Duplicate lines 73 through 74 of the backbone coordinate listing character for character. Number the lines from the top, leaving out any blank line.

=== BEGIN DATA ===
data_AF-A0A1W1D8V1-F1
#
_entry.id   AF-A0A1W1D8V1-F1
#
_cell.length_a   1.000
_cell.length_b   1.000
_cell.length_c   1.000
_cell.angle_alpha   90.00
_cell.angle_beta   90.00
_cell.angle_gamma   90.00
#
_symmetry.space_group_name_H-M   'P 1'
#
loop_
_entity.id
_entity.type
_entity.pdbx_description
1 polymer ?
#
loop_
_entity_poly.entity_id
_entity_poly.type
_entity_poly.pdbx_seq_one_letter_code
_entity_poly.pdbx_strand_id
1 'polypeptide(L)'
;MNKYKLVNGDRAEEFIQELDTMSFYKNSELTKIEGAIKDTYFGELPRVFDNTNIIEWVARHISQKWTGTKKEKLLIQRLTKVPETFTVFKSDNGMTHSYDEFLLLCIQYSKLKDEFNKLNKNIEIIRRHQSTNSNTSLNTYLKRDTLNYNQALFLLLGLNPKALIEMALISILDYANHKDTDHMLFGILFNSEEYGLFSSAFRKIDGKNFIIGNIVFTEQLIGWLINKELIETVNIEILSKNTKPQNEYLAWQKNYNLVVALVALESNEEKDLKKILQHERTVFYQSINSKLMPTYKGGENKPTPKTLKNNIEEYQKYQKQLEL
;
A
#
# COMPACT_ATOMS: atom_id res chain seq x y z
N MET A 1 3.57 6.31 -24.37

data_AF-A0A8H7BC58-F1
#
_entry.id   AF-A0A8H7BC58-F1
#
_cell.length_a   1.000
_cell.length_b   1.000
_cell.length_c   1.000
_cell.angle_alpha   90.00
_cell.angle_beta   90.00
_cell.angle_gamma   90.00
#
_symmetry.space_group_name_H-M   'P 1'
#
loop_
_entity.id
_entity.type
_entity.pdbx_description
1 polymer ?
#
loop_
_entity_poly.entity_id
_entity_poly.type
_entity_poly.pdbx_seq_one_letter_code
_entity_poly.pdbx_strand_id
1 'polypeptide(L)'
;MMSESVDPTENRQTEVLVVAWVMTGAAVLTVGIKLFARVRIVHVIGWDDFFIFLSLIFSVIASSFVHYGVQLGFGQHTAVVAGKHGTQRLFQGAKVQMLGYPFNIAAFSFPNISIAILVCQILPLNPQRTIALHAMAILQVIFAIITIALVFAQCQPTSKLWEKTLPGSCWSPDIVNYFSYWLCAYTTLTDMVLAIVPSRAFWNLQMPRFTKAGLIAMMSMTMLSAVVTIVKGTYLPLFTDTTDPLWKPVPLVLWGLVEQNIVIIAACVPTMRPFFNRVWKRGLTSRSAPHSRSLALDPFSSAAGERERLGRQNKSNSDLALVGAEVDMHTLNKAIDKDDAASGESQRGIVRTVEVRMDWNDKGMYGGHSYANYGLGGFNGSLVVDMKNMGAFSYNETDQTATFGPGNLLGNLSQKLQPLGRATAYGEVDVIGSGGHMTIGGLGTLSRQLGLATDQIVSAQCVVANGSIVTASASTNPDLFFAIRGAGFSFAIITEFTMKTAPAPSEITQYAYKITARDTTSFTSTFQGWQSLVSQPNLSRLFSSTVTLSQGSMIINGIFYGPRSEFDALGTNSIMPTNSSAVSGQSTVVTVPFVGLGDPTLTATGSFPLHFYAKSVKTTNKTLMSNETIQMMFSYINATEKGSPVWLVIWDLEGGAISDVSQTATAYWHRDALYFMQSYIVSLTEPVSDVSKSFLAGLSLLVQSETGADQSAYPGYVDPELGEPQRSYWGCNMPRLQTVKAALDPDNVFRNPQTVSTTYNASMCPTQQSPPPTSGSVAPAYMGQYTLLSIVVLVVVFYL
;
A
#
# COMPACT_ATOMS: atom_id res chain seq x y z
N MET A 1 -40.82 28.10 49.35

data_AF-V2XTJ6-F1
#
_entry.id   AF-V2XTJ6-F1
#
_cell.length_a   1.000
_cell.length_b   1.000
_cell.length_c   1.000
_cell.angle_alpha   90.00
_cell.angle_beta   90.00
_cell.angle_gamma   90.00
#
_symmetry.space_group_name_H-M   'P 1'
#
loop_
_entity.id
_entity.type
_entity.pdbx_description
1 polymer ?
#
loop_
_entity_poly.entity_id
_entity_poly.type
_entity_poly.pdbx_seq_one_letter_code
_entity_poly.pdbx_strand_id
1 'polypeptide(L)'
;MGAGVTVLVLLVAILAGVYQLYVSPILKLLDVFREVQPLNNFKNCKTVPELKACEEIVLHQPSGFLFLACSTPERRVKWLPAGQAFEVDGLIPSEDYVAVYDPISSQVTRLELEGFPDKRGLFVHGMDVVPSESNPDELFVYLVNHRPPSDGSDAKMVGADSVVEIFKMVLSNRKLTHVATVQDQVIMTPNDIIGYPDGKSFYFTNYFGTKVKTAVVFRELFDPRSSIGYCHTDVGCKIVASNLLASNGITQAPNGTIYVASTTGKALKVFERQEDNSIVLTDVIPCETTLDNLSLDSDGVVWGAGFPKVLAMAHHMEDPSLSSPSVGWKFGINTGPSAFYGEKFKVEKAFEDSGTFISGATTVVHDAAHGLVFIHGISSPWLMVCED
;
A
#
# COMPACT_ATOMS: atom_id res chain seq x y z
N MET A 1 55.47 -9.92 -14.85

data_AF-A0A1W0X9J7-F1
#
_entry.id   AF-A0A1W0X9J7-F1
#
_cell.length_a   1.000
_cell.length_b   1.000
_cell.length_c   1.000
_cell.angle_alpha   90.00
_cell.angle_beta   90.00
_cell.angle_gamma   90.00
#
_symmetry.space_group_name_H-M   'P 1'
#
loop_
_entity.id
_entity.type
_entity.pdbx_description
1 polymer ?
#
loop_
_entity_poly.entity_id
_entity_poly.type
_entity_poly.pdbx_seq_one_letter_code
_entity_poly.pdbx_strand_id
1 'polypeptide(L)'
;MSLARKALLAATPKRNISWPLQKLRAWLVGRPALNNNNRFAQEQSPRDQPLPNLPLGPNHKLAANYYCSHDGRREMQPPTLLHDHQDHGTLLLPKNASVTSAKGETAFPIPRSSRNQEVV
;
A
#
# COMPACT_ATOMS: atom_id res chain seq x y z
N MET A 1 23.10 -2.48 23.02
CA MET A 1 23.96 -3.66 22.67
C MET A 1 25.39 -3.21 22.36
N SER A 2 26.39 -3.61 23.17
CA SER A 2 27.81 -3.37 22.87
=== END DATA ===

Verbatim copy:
#
_symmetry.space_group_name_H-M   'P 1'